Over the couple of years I have been working on a very interesting collaborative project for Nesta and Oracle. The project started off as a small prototype based on an idea that was designed to encourage innovation at large corporate companies, and over several stages turned into an IP spin out of Oracle that is now being used as a business development tool.
The initial idea
NESTA and Oracle wanted to design an online collaborative tool to make it easy for participating companies to brainstorm ideas and invite suggestions from their colleagues.
The project started with a group of large companies to pilot the scheme. Arup, BBC, BP, BT, Cancer Research UK, the Department for Transport, Interbrand, Lloyds TSB, NHS, Pfizer, Rolls Royce, Unilever, Virgin Atlantic and Vocalink.
Senior executives from each of these companies met at a kick off dinner to decide on the main themes for the project. They decided to focus on brand, digital identity, networks, and personalised information provision. This formed the structure for the programme. For the next eight weeks the companies used the Open Alchemy platform (which we designed and developed) to innovate and share ideas. They would then between them pick the best ideas which would warrant further development.
How do you get corporations to innovate more?
This is the big question. We spent a lot of time working with stakeholders and innovation experts, Innovaro, to come up with the best workflow and incentives for employees. Getting employees to take time out of their day to post ideas and innovations is not an easy task.
Along with Nesta and Innovaro we decided that the application needed to be:
- Really easy to use (almost no learning curve)
- Different, a funky design that is fun and engaging
- Multiple methods to pull people back to the site; email alerts, daily digests, RSS feeds etc
We had multiple iterations for the prototype, each time the workflow was tested with users to gauge their response. Quick iterations, fast feedback and short sprints were the key to meeting the tight deadline.
This project was more than just technology so we spent a lot of time on the design. In fact overall we probably had an even split in terms of design and programming resources. Innovation is about people; the prototype should support people and their ideas giving them the freedom to innovate.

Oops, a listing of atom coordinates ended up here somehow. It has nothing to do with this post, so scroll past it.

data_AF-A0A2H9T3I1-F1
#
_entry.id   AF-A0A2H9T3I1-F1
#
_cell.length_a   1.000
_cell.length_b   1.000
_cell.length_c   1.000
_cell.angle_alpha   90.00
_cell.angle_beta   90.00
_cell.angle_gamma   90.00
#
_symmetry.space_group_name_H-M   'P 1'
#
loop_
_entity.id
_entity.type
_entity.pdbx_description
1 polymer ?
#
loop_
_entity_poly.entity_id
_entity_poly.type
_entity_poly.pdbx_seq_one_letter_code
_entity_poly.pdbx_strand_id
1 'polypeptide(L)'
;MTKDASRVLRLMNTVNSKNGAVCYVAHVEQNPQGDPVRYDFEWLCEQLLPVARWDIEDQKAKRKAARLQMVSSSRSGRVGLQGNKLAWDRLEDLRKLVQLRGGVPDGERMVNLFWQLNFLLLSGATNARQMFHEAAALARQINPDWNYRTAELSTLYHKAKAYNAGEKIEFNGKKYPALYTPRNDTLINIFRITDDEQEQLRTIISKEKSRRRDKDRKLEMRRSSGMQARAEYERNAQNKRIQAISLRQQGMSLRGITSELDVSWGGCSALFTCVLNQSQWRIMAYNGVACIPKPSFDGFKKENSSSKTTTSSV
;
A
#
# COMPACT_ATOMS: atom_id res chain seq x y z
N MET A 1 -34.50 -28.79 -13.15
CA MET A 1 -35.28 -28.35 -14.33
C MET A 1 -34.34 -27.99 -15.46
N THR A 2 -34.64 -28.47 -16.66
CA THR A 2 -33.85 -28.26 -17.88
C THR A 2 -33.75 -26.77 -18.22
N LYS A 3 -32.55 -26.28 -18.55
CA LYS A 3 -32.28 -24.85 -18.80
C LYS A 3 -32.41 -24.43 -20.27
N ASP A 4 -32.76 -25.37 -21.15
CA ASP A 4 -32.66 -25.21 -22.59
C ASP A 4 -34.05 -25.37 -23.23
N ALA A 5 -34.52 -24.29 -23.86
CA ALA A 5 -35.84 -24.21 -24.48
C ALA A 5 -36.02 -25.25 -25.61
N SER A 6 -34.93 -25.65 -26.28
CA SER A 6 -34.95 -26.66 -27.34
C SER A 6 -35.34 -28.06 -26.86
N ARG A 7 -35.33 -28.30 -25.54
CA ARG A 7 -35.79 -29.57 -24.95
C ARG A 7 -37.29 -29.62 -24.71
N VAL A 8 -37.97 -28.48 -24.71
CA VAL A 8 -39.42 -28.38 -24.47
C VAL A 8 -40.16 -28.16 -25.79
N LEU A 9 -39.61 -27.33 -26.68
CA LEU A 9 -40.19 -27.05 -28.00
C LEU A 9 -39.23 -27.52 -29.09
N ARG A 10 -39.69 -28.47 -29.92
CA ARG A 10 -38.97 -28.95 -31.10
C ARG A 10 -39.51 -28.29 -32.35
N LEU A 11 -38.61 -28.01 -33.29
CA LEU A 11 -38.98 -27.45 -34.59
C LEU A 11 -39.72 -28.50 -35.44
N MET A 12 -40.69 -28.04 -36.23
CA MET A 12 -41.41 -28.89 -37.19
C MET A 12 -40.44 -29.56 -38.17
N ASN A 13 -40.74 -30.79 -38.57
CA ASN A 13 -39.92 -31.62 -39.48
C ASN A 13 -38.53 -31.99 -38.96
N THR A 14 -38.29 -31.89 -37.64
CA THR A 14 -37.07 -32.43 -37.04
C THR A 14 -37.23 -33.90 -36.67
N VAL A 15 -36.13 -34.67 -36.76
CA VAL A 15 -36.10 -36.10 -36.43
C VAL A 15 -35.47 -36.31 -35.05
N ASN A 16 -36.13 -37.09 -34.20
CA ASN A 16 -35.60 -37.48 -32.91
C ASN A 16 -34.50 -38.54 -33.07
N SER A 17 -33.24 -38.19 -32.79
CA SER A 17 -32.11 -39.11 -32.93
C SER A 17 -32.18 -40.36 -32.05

We developed the first beta version of the prototype in less than six weeks.
At the end of the Open Alchemy project, which spawned some very interesting spin-offs (including WellBe, a points-based wellness programme designed to incentivise the public to adopt healthier behaviour which I am also a part of), what would become of the software now?
It was decided that as the software had proved so useful within Oracle that it should be deployed internally within Oracle and developed further. Over the course of the next year the software was improved, stress-tested and enhanced to meet the needs of a corporate giant. It gained a lot of traction and as such justified extra development.
IP spin out
Since deploying within Oracle the application has trialled internally within: Nesta, BT, NHS and other large corporates. Oracle made the decision to spin the IP of the software out into its own vehicle, which was a bold move. There was a lot of legal work in order to do this, but late last year it became a reality. The Open Alchemy platform will continue to grow and evolve, whilst providing strategic opportunities to the original creators Nesta and Oracle.
This project shows an interesting approach to technology business development. The Open Alchemy platform is not an expensive product but one of the software requirements is that it runs on the Oracle database and middleware stack. This embedded software approach means that every software licence means opportunity for Oracle.